Can you also clarify how the switch is operating. You identify the switch as a L3 switch. Is routing enabled on the switch? Or is the switch operating as L2 and doing just layer 2 forwarding of traffic?

 

HTH

 

Rick

 

 

Highlighted
Beginner

Re: Route question, remote office, MPLS and local Internet, EIGRP, BGP and Default Gateway?

Hi Rick,

 

Can do.   Router connects to the Switch and the Switch then connects to the ASA.  The switch is operating as a L3 device and running EIGRP (Client template for all remote offices).  

 

MPLS <-> ROUTER <-> SWITCH <-> ASA <-> BROADBAND

 

Thank you.

Hall of Fame Master

Re: Route question, remote office, MPLS and local Internet, EIGRP, BGP and Default Gateway?

Thank you for the clarification. It is helpful to know that users connect to the switch which is doing the layer 3 routing for user traffic. The switch will forward traffic toward the router for MPLS and toward the ASA for Internet. In this case the default route on the switch becomes critical. Is the switch default route a configured static default or is the switch default route learned from a routing protocol?

 

I have a secondary question about the MPLS. Does the MPLS advertise just the subnets of the various offices, or does it also advertise a default route?

 

HTH

 

Rick

Hall of Fame Guru

Re: Route question, remote office, MPLS and local Internet, EIGRP, BGP and Default Gateway?

 

Rick 

 

The switch was not routing for user traffic as far as I can tell. 

 

The two tests run were a DHCP scope with the default router set to the ASA and the same DHCP scope with the default router set to the MPLS router. 

 

There is no mention of setting the L3 switch as the default router.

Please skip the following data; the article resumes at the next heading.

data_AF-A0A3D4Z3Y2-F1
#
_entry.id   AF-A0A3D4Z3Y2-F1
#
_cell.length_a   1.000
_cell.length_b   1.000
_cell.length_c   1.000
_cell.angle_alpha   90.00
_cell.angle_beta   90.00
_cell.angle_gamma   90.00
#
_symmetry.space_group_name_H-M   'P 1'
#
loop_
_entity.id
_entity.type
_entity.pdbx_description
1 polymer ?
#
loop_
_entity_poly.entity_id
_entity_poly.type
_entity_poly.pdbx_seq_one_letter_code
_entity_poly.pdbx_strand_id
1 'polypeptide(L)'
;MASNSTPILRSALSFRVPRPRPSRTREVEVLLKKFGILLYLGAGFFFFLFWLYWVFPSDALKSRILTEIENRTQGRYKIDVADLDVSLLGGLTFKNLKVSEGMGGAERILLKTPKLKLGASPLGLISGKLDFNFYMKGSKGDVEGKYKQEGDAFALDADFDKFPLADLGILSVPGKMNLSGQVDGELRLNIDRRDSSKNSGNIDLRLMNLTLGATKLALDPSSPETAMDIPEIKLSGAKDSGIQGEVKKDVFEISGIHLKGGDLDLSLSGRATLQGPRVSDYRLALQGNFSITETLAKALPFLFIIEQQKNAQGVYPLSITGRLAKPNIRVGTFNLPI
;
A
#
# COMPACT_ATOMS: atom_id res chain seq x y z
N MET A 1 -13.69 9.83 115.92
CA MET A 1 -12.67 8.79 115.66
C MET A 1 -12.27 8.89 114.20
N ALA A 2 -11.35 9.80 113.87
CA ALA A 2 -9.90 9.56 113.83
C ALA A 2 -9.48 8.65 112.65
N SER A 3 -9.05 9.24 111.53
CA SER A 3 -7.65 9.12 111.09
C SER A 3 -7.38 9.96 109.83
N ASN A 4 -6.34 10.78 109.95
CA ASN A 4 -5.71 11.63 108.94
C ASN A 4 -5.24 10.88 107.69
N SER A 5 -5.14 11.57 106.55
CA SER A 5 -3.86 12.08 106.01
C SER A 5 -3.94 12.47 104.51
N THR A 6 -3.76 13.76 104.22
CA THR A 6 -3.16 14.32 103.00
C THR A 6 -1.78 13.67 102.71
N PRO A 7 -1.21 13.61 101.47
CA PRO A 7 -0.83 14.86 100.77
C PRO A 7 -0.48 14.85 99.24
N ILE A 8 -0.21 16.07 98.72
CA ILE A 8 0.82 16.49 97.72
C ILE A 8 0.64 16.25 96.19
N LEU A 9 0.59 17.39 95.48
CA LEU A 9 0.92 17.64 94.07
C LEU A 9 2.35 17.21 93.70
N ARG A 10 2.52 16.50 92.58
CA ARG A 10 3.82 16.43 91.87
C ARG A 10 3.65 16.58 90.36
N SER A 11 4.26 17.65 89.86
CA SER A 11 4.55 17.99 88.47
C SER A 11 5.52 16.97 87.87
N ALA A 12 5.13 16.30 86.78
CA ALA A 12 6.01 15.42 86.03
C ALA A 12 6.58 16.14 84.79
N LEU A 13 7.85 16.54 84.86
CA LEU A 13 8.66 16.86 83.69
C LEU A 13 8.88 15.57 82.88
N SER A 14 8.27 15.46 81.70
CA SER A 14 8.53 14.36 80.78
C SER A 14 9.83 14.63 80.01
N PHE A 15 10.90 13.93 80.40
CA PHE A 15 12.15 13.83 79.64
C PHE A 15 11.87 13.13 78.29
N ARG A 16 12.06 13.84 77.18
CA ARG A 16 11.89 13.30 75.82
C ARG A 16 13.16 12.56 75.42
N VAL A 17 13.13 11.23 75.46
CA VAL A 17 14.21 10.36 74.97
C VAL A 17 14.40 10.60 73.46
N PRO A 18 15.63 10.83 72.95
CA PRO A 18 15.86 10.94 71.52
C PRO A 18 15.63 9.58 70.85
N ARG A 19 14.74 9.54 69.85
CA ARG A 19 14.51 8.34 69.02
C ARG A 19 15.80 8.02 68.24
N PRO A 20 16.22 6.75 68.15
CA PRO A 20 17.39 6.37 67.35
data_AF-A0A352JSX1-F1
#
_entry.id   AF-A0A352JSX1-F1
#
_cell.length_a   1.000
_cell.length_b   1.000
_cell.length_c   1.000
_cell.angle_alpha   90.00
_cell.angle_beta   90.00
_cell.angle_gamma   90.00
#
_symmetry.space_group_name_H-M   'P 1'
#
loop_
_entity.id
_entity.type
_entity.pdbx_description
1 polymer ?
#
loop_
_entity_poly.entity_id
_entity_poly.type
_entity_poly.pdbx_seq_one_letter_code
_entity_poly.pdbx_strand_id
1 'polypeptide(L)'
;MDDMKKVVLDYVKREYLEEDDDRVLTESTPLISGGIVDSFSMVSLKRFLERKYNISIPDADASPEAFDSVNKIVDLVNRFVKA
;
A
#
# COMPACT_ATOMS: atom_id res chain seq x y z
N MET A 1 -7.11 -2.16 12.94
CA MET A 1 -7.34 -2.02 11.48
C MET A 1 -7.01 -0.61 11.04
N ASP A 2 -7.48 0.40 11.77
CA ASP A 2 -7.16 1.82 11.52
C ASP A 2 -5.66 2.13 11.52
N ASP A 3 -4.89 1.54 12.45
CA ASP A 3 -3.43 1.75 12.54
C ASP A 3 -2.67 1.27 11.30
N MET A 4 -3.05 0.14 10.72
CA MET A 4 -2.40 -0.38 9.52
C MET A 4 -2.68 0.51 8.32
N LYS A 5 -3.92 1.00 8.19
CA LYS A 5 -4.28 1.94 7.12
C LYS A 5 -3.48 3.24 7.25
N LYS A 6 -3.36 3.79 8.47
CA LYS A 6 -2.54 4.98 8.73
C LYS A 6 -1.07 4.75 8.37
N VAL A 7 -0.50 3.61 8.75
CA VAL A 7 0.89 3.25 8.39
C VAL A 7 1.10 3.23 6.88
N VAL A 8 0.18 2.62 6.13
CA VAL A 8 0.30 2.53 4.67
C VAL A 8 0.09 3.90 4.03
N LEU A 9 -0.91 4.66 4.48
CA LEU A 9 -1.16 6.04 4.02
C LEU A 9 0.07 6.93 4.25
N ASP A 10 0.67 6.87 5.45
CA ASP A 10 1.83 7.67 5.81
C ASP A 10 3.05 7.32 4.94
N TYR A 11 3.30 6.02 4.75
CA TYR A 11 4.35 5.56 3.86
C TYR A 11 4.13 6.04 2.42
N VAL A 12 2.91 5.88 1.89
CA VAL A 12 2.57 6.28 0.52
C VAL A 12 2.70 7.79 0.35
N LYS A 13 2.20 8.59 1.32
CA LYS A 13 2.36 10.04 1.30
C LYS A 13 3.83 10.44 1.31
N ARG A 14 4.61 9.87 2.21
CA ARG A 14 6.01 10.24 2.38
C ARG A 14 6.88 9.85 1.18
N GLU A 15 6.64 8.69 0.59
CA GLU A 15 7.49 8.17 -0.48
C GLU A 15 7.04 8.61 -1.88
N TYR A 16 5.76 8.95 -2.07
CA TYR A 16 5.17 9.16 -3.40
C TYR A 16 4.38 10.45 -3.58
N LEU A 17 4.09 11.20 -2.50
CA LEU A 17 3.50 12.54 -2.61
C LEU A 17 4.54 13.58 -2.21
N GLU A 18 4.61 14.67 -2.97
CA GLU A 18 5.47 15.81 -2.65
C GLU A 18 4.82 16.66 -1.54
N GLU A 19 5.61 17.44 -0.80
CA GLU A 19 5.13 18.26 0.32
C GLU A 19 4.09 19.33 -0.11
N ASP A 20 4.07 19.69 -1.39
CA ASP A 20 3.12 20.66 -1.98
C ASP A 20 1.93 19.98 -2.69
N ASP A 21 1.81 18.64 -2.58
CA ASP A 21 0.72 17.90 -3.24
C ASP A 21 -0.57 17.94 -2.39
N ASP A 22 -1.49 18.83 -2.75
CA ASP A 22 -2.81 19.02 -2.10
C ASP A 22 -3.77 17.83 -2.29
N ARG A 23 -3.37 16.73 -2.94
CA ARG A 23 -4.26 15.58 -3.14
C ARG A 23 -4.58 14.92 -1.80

I suspect when it was the ASA it was not configured to redirect traffic back out of the same interface and when it was the MPLS router it was either receiving a default route via BGP or the ASA was not configured to redistribute it's default route into EIGRP. 

 

Jon

Hall of Fame Master

Re: Route question, remote office, MPLS and local Internet, EIGRP, BGP and Default Gateway?

Jon

 

Here is part of what the original poster has said

The switch is operating as a L3 device and running EIGRP (Client template for all remote offices).  

I think that the switch is routing user traffic and therefore the switch default route is a critical component of the issue.

 

HTH

 

Rick

 [edit] also notice the updated diagram about connectivity

MPLS <-> ROUTER <-> SWITCH <-> ASA <-> BROADBAND

If user traffic comes into the switch and goes to the left to get to the router/MPLS or goes to the right to get to the ASA/Internet then pretty clearly the switch must be making the routing decision.

 

Hall of Fame Guru

Re: Route question, remote office, MPLS and local Internet, EIGRP, BGP and Default Gateway?

 

Rick 

 

Re the last point, not necessarily because the users, the ASA and the MPLS router could all be in the same vlan. 

 

In fact if the DHCP scope was handing out the ASA and then the MPLS router as the default router then they must all be in the same vlan/IP subnet.